A businessman has been convicted of killing his wife’s lover after discovering their affair.
Andrew Jones, 53, was found guilty by a majority jury verdict on Monday of murdering long-term friend Michael O’Leary, 55.
Prosecutors alleged that Jones, a building company owner from Carmarthenshire, Wales, shot O’Leary “in cold blood” after discovering he was seeing Jones’s wife Rhianon, 51. Jones denied murder.
The father-of-three claimed the .22 rifle accidentally discharged as he and O’Leary grappled in an argument at Cyncoed Farm in Carmarthenshire in January 2020.
During the trial, Swansea Crown Court heard O’Leary thought he was meeting Rhianon at an isolated farm but was instead confronted by Jones.
Jones told the court he took the rifle to “frighten” O’Leary, a site manager and a friend of 25 years.
But jurors found him guilty by a majority of 11-1 after first retiring to deliberate on Thursday.
“I wanted him to get the message – stay away from us,” he told jurors.
“I wanted to shame him, ‘You told my daughter you weren’t going to meet her anymore, and here you are’. I wanted to scare him and shame him.”
He said he panicked after his friend was shot, and he admitted to disposing of the body in an oil drum fire at a yard close to his Carmarthen home.
William Hughes QC, prosecuting, said Jones “decided with clarity to make Mike O’Leary disappear and carefully planned his criminal act, ensuring he was the only person to have Rhianon”.
He added: “This was no accident. When Mr O’Leary turned up at Cyncoed Farm expecting to meet Rhianon he was met by Mr Jones at an ambush site, in a cold, dark winter’s night.”
Hughes added that if he had wanted to confront O’Leary he could have called him, or might have decided to scare him with a replica weapon rather than bring a real firearm.
“It was taken with a view to ambush Mike O’Leary and to execute him, in effect. Have this in mind, throughout the accounts Mr Jones has given, it is only his version of what happened at the farm,” he said.
Karim Khalil QC, defending Jones, told jurors his client “wasn’t thinking straight”.
“Mr Jones’s answer was that, confronted by the horror of one of his best friends dead in his arms, he panicked,” he said.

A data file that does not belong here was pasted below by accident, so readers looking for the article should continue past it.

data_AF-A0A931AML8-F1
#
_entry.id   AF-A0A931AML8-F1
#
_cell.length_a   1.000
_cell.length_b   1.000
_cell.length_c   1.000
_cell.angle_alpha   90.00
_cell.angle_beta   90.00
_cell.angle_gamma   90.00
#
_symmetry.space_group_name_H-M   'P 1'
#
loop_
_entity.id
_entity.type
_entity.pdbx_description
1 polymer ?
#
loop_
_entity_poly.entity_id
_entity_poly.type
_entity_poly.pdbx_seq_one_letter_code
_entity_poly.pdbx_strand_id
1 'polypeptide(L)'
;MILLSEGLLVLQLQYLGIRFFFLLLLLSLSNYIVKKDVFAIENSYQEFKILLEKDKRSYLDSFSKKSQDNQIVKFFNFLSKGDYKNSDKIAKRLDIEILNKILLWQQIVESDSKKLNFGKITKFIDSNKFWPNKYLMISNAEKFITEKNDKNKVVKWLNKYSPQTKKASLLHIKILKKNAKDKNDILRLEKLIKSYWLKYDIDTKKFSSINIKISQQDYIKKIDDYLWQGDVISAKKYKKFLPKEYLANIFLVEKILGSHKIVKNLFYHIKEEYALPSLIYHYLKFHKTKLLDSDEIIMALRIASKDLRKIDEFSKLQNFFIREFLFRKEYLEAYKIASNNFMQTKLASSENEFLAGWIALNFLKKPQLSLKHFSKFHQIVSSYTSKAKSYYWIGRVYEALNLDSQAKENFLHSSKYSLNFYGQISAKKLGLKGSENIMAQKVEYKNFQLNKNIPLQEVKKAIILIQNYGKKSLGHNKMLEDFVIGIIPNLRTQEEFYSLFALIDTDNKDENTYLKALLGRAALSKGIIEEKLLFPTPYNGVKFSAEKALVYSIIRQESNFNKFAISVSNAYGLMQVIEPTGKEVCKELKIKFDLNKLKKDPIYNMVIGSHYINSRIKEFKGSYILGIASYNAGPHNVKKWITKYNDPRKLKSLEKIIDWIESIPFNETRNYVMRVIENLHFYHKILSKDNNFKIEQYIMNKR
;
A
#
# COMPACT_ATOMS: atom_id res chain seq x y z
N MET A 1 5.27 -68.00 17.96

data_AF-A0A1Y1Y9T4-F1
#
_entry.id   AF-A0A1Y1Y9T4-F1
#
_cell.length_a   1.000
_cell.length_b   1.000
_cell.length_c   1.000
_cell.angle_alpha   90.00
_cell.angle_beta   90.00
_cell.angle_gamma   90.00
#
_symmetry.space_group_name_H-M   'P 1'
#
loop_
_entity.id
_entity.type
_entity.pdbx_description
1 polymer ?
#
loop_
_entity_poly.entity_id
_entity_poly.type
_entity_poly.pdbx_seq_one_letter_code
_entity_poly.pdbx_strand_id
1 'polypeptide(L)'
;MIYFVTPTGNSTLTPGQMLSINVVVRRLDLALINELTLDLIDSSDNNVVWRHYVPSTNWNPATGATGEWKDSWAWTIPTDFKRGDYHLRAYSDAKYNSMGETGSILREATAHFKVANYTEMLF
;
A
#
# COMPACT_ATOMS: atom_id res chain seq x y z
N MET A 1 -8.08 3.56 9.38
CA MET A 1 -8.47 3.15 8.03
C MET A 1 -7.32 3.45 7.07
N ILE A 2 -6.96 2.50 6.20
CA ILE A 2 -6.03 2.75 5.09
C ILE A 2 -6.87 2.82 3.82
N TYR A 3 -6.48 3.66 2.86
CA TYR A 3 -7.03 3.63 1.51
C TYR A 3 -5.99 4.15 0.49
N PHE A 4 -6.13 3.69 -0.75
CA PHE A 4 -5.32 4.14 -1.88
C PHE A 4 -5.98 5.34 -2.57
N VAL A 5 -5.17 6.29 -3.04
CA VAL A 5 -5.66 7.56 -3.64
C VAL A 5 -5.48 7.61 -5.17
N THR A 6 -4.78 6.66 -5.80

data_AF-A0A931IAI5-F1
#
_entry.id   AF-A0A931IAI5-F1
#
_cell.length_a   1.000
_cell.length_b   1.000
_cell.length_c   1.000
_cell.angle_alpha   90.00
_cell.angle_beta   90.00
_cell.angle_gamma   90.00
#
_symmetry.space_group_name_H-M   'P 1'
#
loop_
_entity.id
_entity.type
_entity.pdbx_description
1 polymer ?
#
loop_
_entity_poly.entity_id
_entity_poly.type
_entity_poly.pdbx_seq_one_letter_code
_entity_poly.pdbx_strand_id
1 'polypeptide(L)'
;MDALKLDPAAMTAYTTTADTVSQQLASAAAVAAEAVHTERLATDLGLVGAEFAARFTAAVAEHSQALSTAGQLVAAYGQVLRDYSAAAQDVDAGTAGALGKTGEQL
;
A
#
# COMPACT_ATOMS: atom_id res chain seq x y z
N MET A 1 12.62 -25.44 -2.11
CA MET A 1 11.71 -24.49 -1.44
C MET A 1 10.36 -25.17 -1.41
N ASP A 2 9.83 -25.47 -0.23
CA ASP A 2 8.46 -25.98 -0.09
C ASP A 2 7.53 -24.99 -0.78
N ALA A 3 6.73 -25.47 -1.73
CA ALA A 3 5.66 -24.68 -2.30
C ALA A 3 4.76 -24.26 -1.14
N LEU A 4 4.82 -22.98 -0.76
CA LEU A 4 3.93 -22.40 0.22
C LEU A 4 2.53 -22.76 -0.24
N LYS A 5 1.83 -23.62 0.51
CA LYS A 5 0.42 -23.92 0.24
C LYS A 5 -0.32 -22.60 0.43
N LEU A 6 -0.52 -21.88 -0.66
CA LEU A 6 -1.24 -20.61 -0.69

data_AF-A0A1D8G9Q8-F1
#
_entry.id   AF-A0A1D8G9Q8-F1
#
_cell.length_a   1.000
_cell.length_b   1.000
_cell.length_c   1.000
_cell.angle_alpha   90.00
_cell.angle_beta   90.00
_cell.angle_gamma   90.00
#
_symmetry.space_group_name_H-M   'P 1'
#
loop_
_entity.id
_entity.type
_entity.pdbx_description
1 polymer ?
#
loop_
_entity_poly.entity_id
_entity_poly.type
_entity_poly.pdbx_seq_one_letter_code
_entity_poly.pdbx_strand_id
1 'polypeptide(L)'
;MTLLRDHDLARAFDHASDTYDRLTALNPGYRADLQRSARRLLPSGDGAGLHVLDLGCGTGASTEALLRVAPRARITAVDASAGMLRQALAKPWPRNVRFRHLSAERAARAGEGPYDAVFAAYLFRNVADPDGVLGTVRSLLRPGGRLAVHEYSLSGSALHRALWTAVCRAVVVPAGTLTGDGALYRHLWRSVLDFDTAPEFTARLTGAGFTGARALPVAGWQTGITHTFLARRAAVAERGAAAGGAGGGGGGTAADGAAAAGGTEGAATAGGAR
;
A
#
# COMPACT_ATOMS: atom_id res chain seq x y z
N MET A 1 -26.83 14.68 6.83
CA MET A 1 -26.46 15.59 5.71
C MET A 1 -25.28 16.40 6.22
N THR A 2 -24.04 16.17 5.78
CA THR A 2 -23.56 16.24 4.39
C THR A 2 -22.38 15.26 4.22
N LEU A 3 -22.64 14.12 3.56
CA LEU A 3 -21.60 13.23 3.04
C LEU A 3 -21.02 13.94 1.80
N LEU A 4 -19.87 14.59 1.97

“He panicked in the knowledge that if he hadn’t taken that gun to the scene his friend wouldn’t be dead.
“He panicked because he couldn’t face Mike O’Leary’s wife and children, all of whom he knew and liked. In this moment he thought it better if Mike’s family thought he had took his own life.
“He panicked because he wanted to spare them all of knowing of the affair that Michael O’Leary had been conducting with his own wife Rhianon for so long.”
Khalil said that after the confrontation, “he was set on a path which spiralled further and further out of control”.
O’Leary’s remains have never been found, with forensic scientists only managing to recover a small piece of his intestine from the drum.
Khalil said that if Jones had planned the murder, he would not have taken the body close to his home to burn it.
Jurors heard Jones used a forklift to to move O’Leary’s body and tried to cover up the alleged crime by making it appear the deceased had jumped into a river.
Jones parked his car at a riverside and messaged O’Leary’s family from his phone saying “I’m so sorry x”, the court heard.
Swansea Crown Court heard Jones then allegedly rode a bicycle back to the farm, before taking Mr O’Leary’s body to a builder’s yard adjacent to his home in Carmarthen and burning it.
Trial judge Mrs Justice Jefford told the jury: “It is not in issue that Andrew Jones burnt Mike O’Leary’s body to dispose of it. He says he did, and you may wonder why the detail of this matters.
“The prosecution say this is all part of a picture, not of a panicking Andrew Jones who has seen his friend die in a horrible accident, but of a man with a plan.
“Maybe not a perfect plan, but a plan to dispose of a body after killing and to a man who carried out that killing calmly while keeping up appearances with his family and his friends and with the police.
“The defence say it shows nothing of the sort but the fact the forensic or the scientific evidence fits with Mr Jones’s account of what he did – and whether or not it does is a matter for you – is another example of him telling the truth and therefore assists you to assess his credibility and the truthfulness of what he has been telling you.”
Jones’s sentencing will take place at a later date.
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